By Peter Schwartz
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When you think about college football in our area, the first school that comes to mind is Rutgers, with some bowl victories over the years and their move to the Big Ten. Also, FCS teams like Stony Brook and Fordham have enjoyed some success.
But in recent years, another local school has flown under the radar in building a quality football program.
ASA College in Brooklyn began its football program in 2009 and it has blossomed into a terrific junior college squad and a recruiting destination for major colleges to find players.
“We are extremely proud of our football program,” said Ken Wilcox, athletic director at ASA. “The coaches have done a tremendous job getting kids placed at high-level colleges around the country.”
Offensive guard Leon Brown, who played to Alabama and recently signed with the Baltimore Ravens, is among the Avengers players who have graduated from ASA and gone on to major colleges. Also, defensive end Desmond Hollin joined Florida State in 2012. All in all, 33 players from ASA have signed with FBS programs, including four players that went to SEC schools and four players that went to the ACC.
Here is a complete list of ASA alumni that moved onto FBS schools.
In addition, former ASA offensive tackle Vincent Brown recently went to the Jacksonville Jaguars’ free-agent camp, while 2012 ASA graduate Isiah Ferguson signed with the St. Louis Rams. The wide receiver went to Arkansas-Pine Bluff after graduating from ASA.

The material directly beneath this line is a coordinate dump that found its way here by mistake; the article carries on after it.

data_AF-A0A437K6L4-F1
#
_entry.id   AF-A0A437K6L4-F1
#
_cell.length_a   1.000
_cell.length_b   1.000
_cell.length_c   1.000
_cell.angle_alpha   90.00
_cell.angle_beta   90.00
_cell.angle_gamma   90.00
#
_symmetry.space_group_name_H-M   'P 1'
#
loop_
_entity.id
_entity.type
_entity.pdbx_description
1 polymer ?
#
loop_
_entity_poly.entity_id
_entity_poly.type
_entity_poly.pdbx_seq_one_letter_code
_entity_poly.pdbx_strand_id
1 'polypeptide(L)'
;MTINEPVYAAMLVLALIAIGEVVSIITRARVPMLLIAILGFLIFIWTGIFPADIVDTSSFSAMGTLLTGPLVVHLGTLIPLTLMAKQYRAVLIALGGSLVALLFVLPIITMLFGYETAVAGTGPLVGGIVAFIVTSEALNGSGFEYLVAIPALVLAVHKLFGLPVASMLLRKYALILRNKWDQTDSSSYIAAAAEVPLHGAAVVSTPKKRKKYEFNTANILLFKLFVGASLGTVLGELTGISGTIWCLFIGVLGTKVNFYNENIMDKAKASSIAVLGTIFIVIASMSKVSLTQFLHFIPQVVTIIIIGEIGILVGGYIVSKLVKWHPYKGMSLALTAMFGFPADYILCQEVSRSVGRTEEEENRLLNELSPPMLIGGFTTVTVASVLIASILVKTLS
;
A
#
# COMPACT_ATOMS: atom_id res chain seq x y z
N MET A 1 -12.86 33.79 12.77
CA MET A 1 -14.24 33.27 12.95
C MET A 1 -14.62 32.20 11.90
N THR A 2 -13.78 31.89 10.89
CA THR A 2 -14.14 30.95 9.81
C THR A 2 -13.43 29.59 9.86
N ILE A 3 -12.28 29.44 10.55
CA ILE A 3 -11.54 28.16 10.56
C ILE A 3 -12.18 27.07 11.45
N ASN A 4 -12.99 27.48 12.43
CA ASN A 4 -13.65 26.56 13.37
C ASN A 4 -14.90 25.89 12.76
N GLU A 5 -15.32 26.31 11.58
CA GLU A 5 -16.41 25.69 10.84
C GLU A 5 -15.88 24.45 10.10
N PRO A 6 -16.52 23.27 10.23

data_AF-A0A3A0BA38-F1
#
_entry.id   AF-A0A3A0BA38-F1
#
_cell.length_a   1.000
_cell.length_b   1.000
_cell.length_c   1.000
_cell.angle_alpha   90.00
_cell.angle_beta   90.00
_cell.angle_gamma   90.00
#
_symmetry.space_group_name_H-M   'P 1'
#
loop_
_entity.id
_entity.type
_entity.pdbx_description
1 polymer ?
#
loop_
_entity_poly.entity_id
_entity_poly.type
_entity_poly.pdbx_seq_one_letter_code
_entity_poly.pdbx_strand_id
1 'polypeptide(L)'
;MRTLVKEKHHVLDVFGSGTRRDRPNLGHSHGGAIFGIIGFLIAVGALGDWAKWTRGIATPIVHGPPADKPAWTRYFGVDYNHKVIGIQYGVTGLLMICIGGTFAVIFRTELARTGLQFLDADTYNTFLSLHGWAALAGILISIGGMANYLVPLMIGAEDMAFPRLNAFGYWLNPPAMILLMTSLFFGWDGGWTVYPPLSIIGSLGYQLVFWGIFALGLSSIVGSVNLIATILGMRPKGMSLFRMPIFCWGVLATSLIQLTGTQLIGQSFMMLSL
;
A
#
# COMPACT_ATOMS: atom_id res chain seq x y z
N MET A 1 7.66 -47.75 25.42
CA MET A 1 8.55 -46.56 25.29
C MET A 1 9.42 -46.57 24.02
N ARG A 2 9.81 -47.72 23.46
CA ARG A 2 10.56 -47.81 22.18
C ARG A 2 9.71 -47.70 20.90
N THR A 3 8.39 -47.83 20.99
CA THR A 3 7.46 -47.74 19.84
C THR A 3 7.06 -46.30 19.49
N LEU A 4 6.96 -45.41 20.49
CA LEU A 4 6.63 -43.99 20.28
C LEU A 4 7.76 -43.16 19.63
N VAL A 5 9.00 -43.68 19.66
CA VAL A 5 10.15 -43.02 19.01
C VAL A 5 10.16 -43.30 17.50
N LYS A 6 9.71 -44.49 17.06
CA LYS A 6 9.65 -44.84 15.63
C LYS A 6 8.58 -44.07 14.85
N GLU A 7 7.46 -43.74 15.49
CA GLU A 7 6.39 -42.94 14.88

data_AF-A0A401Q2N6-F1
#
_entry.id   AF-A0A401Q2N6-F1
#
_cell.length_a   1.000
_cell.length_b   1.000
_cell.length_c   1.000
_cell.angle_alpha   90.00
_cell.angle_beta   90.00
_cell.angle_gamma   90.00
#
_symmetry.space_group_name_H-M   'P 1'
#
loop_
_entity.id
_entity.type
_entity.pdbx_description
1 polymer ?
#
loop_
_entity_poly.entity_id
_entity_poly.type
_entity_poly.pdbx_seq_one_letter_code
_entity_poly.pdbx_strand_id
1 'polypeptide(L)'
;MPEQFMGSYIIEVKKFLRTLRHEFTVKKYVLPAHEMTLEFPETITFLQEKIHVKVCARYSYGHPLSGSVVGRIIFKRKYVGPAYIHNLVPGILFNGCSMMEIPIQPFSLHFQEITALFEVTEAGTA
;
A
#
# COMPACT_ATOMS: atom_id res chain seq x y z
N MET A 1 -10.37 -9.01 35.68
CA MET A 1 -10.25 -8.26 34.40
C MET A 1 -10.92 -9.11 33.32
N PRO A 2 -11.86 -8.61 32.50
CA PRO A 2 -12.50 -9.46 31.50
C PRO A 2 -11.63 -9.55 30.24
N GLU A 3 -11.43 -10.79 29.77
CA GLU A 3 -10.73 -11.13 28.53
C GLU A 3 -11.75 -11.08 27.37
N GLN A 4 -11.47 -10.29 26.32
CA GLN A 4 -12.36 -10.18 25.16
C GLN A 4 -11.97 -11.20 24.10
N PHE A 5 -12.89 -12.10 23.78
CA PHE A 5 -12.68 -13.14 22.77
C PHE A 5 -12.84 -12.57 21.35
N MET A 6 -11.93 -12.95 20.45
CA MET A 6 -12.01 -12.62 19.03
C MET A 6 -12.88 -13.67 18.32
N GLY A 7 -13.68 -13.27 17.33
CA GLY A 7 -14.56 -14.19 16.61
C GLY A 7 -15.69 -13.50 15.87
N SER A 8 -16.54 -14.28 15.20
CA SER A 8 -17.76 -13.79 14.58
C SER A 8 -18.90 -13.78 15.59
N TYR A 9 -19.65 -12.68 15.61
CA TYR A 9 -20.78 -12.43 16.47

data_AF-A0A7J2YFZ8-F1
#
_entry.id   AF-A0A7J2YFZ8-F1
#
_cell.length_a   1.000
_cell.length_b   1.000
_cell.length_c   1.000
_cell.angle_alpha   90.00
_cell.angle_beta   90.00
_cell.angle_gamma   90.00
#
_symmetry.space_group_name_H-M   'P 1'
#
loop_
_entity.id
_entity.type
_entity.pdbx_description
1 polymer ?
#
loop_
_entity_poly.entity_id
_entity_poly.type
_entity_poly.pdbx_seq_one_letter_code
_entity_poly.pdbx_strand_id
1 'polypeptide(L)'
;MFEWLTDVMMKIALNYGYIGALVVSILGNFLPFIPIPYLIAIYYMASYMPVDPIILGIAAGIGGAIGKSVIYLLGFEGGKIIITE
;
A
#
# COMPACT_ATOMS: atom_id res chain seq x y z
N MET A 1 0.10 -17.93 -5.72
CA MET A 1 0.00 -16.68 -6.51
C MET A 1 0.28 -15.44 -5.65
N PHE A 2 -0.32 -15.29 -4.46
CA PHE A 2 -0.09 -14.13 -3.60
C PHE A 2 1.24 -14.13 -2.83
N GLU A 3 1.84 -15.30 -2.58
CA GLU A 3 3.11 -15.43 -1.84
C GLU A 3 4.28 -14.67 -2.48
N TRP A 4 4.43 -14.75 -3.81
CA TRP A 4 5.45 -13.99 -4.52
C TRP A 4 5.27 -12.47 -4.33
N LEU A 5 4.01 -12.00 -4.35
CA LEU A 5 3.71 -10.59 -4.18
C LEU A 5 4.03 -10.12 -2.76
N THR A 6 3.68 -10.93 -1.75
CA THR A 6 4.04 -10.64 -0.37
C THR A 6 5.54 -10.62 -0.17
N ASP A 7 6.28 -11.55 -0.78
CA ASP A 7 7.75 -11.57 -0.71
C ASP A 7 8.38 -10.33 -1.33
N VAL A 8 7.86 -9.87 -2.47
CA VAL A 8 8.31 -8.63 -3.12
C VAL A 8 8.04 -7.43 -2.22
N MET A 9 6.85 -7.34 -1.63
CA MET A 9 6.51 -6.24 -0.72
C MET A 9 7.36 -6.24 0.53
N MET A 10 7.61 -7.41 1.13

A big part of the success at ASA is new head coach Chris Boden, who has been with the program since its inception and spent the first six seasons as offensive coordinator. He takes over a team that went 9-1 in 2013 and 6-2 in 2014.
“I’m extremely excited, and very thankful for the opportunity,” said Boden, a former star quarterback at Villanova. “I truly feel blessed for the opportunity to lead this program into the future. The goal of the program will continue to be to win the national championship at the NJCAA level.”
When it comes to recruiting, ASA looks for players that not only want to be great and play at the highest level, but are also interested in an education. They stress to their players that everything starts with academics. Having a full-time coach gives the student-athletes the attention they need so that they can develop as players.
The college also provides a hands-on tutoring center and a student advisement department. The players understand that they have to be successful on the field and in the classroom.
“Athletics can be taken away tomorrow, but no one can ever take away your education,” said Boden, a native of San Clemente, California who planted roots in our area after spending some time with the New York Dragons of the Arena Football League.
After his playing days were over, Boden became a coach in the AFL and then joined Fordham University as its quarterbacks coach. He then joined ASA and helped get the program off the ground, working under head coach Dennis Orlando.
The school feels fortunate to have such an easy transition to Boden as the head coach.